Picture the whole area as a long, uppercase U in which the two top tongs are pinched together around a light mountain range. On the “left,” or western, tong of the U is widespread Sonoma County, where the principal north-south road, U.S. 101, goes straight to the Golden Gate. In Napa County, the eastern half, it’s the more congested route 29, which, especially around rush hour, can be slow going.

At the bottom of the U, the town of Sonoma is connected to the town of Napa, 30 minutes east, by a long stretch of rural Highway 121/12. A little south of there, Highway 37 links Napa County to Highway 101 and I-80; either road can take you back to the city, although the 101 is probably faster.

North from Napa, the principal towns (which gradually grow smaller and quainter), are Yountville, Oakville, St. Helena (all adorable), and finally the Main Street town of Calistoga (known for hot springs). Not far north from that, 29 turns into 128 and links up with Geyserville, at the tippy top of the Sonoma wine region.

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From there, heading south on Highway 101 through Sonoma County, you hopscotch between populous towns and quiet hamlets. First is Healdsburg (a swanky-sweet weekenders’ town square good for strolling), and Santa Rosa (bigger and with cheaper motels, but no wineries to speak of within it, though there is an airport here). From there, Route 12, also known as Sonoma Highway, branches off to the east through Kenwood, the charming town of Glen Ellen, and finally Sonoma, the county’s historic seat. West and southwest of Santa Rosa, along Route 116, the towns of Sebastopol and Forestville, and finally, Guerneville—where the thick redwood forests begin—are in what’s called the Russian River Valley. The vibe here is more laid-back, and in summer the big pastimes are canoeing and swimming. Guerneville is also a well-known gay resort town, particularly in summer, although you won’t find it raging often with parties; the visitors tend to be a bit more middle-aged and settled. (For a resource on gay-friendly resorts and restaurants, go to http://www.russianrivertravel.com/gay.)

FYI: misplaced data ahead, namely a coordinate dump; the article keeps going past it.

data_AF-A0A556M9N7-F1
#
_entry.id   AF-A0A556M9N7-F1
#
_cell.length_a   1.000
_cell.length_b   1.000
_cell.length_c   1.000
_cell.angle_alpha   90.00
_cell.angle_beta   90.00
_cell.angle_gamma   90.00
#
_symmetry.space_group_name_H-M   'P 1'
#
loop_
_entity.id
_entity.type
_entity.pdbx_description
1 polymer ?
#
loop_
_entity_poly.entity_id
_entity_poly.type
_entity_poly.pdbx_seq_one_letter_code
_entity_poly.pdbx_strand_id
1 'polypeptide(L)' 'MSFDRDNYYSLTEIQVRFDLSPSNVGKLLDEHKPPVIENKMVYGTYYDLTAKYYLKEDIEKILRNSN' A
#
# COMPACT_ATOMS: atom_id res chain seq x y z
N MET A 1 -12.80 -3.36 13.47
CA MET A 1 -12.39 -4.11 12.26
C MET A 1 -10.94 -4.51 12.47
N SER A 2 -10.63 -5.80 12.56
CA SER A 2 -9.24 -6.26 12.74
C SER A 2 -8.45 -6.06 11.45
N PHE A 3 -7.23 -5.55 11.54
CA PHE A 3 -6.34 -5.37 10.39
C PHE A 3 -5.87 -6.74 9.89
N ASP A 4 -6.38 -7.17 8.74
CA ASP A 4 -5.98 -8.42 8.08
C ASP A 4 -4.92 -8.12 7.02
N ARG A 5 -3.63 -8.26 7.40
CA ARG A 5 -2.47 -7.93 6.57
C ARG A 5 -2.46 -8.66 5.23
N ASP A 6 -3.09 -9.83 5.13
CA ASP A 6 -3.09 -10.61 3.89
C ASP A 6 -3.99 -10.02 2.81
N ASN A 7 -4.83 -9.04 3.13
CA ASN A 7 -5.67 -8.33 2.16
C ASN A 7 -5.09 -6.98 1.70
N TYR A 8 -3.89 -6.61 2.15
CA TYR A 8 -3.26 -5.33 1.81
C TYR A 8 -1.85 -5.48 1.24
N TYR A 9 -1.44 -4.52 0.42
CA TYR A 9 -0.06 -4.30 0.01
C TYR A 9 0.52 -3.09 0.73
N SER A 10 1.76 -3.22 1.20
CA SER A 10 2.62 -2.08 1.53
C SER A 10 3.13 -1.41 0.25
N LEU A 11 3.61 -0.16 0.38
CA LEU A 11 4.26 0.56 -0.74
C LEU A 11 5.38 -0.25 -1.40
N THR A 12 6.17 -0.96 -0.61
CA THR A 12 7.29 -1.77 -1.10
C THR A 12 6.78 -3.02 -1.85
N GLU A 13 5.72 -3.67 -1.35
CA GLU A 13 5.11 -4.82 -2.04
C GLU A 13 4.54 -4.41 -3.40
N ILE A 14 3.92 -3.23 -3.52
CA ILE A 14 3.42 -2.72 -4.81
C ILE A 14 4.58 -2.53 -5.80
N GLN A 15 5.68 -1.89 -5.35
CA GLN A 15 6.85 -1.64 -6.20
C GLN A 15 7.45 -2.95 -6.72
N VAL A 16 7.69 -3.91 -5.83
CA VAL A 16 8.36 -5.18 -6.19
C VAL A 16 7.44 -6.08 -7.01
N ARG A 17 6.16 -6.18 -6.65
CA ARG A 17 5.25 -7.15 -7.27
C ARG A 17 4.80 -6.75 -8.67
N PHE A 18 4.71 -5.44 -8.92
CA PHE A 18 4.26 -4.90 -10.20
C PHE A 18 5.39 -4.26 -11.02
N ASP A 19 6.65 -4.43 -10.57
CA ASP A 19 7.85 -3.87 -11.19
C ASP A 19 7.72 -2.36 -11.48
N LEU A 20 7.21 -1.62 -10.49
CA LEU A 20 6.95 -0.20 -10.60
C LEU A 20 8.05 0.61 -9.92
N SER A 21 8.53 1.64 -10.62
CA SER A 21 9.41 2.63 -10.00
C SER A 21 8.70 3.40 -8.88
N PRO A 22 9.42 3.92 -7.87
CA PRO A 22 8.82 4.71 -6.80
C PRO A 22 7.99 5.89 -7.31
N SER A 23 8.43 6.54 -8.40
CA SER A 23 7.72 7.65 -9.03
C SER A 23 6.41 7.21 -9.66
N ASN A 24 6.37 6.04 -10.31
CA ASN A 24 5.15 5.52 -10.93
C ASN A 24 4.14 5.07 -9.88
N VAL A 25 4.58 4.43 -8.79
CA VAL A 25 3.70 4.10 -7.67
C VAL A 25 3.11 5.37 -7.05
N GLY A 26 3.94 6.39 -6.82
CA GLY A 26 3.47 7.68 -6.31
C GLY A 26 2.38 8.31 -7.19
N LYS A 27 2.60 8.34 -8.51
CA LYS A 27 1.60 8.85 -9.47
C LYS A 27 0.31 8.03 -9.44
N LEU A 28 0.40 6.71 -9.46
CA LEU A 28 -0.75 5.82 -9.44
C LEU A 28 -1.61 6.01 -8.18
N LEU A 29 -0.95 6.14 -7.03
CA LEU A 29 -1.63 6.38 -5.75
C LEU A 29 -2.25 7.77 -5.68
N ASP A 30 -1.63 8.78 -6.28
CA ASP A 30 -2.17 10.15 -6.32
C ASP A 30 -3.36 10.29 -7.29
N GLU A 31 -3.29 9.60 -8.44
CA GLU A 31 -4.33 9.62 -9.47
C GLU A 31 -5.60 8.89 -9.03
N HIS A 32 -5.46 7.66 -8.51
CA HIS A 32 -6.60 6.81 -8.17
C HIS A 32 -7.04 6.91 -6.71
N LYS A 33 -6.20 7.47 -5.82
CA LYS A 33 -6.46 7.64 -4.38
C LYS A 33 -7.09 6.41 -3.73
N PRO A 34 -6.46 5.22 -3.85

The character of the two counties varies slightly. While Napa is mostly verdant farmland and some small towns, Sonoma has a few larger communities (Santa Rosa) and its topography is much more varied, from rolling hills and farms in the east, to deliciously damp redwood forests in the middle west, to wild and undeveloped seashore. (Remember Hitchcock’s The Birds? It was shot in Bodega Bay, on the Sonoma Coast. It’s still just as rustic now, although it’s a 30-minute drive through forests from what we consider wine country.)

It really doesn’t matter which area you make your base—they’re all spectacular. But Sonoma and Napa combined cover a heck of a lot of real estate, so you’d be wise to select just one area to explore—either Napa Valley, Sonoma Valley, or Northern Sonoma. To do them all justice, you’d need at least 2 weeks!

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Note: This information was accurate when it was published, but can change without notice. Please be sure to confirm all rates and details directly with the companies in question before planning your trip.